Electron beams seem too good to be true - wouldn't a beam of negatively charged particles travelling through a vacuum repel itself apart? In practice this is rarely an issue, as a beam current and energy are chosen such that any beam divergence is small over the distance of interest. However, when the beam propagates through air instead of a vacuum, collisions between beam electrons and air particles introduce a new source of scattering which increases the rate of particle divergence.
The aim of this paper is to demonstrate a method to reduce beam divergence in air, which involves sending the electron beam within a laser pulse. The laser ionises air particles into a plasma, and within the plasma, beam divergence can be reduced by self-generated magnetic fields.
To numerically support the assumptions in this anaylsis, a series of 2D Particle-In-Cell simulations were run in EPOCH (FORTRAN) to show that beam propagation through plasma can reduce divergence when compared to vacuum propagation. In Figure 2, the beam profiles in both plasma and vacuum backgrounds were compared to show the reduced beam divergence in plasma. The beam-plasma interaction is characterised further in Figures 3 and 4, to help describe this behaviour.
Reproduction of this work would involve running EPOCH simulations in 2D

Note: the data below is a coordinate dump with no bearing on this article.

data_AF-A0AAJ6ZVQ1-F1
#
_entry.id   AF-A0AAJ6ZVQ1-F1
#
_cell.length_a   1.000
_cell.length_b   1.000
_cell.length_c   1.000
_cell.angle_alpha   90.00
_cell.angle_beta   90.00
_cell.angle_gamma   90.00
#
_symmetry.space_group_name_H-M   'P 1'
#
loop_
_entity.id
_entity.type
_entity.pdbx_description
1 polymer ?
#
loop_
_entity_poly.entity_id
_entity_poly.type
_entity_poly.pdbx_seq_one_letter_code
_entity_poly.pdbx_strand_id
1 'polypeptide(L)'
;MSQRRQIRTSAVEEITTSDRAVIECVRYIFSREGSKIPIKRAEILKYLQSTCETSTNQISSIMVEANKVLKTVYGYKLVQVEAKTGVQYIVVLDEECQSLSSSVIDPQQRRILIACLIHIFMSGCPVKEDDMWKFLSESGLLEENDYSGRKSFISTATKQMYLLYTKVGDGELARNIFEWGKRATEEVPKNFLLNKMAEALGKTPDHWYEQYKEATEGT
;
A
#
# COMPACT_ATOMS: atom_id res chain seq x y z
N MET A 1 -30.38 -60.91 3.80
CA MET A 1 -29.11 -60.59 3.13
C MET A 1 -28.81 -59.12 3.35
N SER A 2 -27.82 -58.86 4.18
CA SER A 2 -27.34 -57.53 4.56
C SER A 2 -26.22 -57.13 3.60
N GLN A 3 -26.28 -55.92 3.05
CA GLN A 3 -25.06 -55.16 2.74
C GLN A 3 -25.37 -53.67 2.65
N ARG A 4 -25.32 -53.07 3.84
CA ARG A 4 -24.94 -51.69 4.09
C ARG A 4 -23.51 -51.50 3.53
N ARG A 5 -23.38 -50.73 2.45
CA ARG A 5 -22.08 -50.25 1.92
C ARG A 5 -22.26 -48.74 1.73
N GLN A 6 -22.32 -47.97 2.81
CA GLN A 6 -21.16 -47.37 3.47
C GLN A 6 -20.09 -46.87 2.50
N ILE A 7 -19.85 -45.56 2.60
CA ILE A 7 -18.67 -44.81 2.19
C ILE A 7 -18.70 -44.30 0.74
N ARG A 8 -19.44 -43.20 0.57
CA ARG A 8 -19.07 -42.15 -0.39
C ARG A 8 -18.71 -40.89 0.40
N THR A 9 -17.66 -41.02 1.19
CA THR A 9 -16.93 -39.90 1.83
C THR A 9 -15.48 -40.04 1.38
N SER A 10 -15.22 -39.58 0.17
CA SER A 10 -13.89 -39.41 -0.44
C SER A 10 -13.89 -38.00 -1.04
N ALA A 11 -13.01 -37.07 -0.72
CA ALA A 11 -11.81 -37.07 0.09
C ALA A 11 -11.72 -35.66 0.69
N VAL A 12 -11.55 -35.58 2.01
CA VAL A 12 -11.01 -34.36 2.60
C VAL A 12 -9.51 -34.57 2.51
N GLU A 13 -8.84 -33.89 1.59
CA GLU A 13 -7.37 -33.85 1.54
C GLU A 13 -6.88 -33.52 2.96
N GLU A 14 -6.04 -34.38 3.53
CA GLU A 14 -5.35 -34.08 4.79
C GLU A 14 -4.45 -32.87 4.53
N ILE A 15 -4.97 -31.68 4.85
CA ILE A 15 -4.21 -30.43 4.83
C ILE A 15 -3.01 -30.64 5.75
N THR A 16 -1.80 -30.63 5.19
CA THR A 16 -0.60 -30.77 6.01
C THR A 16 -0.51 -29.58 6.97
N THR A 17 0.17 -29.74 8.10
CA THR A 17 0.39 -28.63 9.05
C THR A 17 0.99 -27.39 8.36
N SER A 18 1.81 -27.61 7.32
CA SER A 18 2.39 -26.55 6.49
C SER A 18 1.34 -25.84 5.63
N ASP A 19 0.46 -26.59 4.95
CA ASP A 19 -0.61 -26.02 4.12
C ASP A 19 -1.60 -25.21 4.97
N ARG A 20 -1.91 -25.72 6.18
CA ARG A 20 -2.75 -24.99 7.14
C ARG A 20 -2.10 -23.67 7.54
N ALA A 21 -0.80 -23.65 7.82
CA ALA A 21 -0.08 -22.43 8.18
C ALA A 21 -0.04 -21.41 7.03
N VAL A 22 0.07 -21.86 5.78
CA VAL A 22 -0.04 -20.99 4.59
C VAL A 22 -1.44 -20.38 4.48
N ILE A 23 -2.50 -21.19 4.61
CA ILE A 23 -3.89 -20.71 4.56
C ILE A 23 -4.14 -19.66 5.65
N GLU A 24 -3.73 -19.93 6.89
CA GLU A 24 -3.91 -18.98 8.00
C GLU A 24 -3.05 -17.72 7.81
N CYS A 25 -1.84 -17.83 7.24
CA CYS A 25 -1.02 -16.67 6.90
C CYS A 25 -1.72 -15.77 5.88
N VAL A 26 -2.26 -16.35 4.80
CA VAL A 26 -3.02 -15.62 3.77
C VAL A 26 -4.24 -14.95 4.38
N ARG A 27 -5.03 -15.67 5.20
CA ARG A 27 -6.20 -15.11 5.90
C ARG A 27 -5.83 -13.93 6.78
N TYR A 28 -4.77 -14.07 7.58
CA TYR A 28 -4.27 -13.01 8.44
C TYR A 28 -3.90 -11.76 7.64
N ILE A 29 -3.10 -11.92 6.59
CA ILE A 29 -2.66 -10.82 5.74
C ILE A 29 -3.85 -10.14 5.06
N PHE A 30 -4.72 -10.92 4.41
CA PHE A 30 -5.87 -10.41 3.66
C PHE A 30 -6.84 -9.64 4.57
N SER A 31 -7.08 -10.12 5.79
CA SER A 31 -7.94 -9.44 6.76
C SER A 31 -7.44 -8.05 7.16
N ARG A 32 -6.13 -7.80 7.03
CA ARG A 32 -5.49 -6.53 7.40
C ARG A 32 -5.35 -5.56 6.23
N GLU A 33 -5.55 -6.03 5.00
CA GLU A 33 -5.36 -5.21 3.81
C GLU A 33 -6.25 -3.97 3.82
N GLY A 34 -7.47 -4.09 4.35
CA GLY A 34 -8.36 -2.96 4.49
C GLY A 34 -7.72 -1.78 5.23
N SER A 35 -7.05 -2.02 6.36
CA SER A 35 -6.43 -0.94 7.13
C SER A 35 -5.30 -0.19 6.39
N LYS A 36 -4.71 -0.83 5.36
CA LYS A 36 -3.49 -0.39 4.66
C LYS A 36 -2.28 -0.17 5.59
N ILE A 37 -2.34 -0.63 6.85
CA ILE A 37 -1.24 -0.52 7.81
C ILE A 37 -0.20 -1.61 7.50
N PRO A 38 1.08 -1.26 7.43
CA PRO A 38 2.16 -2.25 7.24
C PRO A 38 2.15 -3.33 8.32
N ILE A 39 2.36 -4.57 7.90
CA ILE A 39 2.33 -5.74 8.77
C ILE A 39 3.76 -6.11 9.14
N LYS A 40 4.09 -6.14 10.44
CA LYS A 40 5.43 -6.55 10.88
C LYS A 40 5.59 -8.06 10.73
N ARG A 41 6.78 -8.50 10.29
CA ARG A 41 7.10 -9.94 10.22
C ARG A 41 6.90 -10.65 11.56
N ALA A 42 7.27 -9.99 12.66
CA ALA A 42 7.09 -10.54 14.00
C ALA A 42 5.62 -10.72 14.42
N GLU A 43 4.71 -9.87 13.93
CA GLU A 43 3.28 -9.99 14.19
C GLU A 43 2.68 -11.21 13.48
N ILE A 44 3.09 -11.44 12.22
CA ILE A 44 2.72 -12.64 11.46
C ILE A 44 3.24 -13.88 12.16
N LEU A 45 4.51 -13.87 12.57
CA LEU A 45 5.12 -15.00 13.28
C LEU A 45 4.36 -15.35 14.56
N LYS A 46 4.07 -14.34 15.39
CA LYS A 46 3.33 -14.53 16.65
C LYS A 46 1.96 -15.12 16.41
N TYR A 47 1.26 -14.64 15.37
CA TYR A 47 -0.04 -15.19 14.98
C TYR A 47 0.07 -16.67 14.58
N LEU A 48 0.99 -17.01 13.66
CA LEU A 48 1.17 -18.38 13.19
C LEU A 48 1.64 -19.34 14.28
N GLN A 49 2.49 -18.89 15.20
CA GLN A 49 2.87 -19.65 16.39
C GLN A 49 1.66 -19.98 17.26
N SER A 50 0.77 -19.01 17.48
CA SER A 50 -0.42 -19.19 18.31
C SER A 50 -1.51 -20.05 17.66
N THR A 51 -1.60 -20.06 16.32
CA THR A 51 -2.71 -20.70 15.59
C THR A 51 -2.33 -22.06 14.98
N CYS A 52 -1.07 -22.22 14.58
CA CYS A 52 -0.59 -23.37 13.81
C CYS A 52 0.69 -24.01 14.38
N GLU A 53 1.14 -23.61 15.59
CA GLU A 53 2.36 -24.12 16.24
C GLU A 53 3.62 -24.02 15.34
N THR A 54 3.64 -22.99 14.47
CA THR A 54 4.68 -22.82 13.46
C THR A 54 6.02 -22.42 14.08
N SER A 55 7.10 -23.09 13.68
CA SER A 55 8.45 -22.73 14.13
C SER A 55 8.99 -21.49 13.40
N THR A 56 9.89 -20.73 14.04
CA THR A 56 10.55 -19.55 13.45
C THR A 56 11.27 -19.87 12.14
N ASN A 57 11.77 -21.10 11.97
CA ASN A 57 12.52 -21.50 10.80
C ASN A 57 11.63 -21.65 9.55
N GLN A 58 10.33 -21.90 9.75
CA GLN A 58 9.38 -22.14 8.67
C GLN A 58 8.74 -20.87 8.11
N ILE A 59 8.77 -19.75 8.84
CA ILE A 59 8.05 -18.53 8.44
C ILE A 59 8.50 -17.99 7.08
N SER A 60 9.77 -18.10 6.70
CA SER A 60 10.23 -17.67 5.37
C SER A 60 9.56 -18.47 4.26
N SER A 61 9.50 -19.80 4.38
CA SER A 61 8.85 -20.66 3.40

At present, visualisation scripts to reproduce the figures are not present in EPOCH. However, the code does come with tools to read the SDF files which are output, and data can be processed to reproduce the figures.
Most electron beam physics is considered in the context of a vacuum, but there are applications to long-range electron beam transmission in air. As particle acceleration sources become more compact, we may have the chance to take particle beams out to the real world. The example provided in the paper describes that of x-ray backscatter detectors, where significantly stronger signals could be achieved by scanning objects with electron beams.
This paper forms the basis for a potential new mode of particle-beam research, and it is important to ensure the reproducibility of this work for groups who wish to explore the applications of this new technology.
The Reprohackers should attempt to reproduce Figures 2-4.